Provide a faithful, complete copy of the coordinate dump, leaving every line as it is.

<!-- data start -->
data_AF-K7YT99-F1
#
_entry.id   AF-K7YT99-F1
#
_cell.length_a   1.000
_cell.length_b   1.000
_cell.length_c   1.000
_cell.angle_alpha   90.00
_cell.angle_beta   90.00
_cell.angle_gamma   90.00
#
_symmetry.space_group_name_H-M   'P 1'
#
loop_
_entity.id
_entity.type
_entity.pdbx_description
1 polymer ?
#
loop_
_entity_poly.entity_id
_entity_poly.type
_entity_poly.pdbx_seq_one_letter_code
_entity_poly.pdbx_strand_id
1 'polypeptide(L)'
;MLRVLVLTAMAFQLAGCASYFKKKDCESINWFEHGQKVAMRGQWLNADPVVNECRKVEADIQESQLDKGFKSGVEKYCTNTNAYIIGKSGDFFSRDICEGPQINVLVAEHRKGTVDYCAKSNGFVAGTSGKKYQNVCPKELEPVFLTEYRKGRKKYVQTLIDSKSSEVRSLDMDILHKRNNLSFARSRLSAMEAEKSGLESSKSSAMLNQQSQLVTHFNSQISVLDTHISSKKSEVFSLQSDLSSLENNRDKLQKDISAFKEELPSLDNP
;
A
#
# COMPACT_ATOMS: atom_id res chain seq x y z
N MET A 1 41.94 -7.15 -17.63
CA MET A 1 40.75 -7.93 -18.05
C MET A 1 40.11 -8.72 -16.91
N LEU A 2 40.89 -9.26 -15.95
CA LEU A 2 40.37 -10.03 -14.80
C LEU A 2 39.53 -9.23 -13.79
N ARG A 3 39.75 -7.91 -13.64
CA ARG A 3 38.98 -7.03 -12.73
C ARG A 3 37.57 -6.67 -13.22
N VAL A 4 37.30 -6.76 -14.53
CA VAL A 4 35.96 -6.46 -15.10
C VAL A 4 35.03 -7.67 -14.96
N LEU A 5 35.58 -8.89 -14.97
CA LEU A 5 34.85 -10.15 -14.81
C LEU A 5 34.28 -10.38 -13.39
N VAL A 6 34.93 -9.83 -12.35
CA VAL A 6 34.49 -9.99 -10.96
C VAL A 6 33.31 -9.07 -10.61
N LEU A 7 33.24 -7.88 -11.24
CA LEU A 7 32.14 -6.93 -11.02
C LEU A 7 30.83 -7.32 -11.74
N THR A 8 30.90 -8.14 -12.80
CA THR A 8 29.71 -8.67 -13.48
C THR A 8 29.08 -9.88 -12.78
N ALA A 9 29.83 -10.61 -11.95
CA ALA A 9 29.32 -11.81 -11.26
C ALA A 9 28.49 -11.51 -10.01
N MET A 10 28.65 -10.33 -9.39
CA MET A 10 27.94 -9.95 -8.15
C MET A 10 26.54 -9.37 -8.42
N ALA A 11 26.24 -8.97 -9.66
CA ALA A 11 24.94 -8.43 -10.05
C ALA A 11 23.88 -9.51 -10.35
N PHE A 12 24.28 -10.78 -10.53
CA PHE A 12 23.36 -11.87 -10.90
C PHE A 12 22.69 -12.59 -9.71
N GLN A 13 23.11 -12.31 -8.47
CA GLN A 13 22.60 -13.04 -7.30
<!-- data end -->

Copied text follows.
data_AF-K7YT99-F1
#
_entry.id   AF-K7YT99-F1
#
_cell.length_a   1.000
_cell.length_b   1.000
_cell.length_c   1.000
_cell.angle_alpha   90.00
_cell.angle_beta   90.00
_cell.angle_gamma   90.00
#
_symmetry.space_group_name_H-M   'P 1'
#
loop_
_entity.id
_entity.type
_entity.pdbx_description
1 polymer ?
#
loop_
_entity_poly.entity_id
_entity_poly.type
_entity_poly.pdbx_seq_one_letter_code
_entity_poly.pdbx_strand_id
1 'polypeptide(L)'
;MLRVLVLTAMAFQLAGCASYFKKKDCESINWFEHGQKVAMRGQWLNADPVVNECRKVEADIQESQLDKGFKSGVEKYCTNTNAYIIGKSGDFFSRDICEGPQINVLVAEHRKGTVDYCAKSNGFVAGTSGKKYQNVCPKELEPVFLTEYRKGRKKYVQTLIDSKSSEVRSLDMDILHKRNNLSFARSRLSAMEAEKSGLESSKSSAMLNQQSQLVTHFNSQISVLDTHISSKKSEVFSLQSDLSSLENNRDKLQKDISAFKEELPSLDNP
;
A
#
# COMPACT_ATOMS: atom_id res chain seq x y z
N MET A 1 41.94 -7.15 -17.63
CA MET A 1 40.75 -7.93 -18.05
C MET A 1 40.11 -8.72 -16.91
N LEU A 2 40.89 -9.26 -15.95
CA LEU A 2 40.37 -10.03 -14.80
C LEU A 2 39.53 -9.23 -13.79
N ARG A 3 39.75 -7.91 -13.64
CA ARG A 3 38.98 -7.03 -12.73
C ARG A 3 37.57 -6.67 -13.22
N VAL A 4 37.30 -6.76 -14.53
CA VAL A 4 35.96 -6.46 -15.10
C VAL A 4 35.03 -7.67 -14.96
N LEU A 5 35.58 -8.89 -14.97
CA LEU A 5 34.85 -10.15 -14.81
C LEU A 5 34.28 -10.38 -13.39
N VAL A 6 34.93 -9.83 -12.35
CA VAL A 6 34.49 -9.99 -10.96
C VAL A 6 33.31 -9.07 -10.61
N LEU A 7 33.24 -7.88 -11.24
CA LEU A 7 32.14 -6.93 -11.02
C LEU A 7 30.83 -7.32 -11.74
N THR A 8 30.90 -8.14 -12.80
CA THR A 8 29.71 -8.67 -13.48
C THR A 8 29.08 -9.88 -12.78
N ALA A 9 29.83 -10.61 -11.95
CA ALA A 9 29.32 -11.81 -11.26
C ALA A 9 28.49 -11.51 -10.01
N MET A 10 28.65 -10.33 -9.39
CA MET A 10 27.94 -9.95 -8.15
C MET A 10 26.54 -9.37 -8.42
N ALA A 11 26.24 -8.97 -9.66
CA ALA A 11 24.94 -8.43 -10.05
C ALA A 11 23.88 -9.51 -10.35
N PHE A 12 24.28 -10.78 -10.53
CA PHE A 12 23.36 -11.87 -10.90
C PHE A 12 22.69 -12.59 -9.71
N GLN A 13 23.11 -12.31 -8.47
CA GLN A 13 22.60 -13.04 -7.30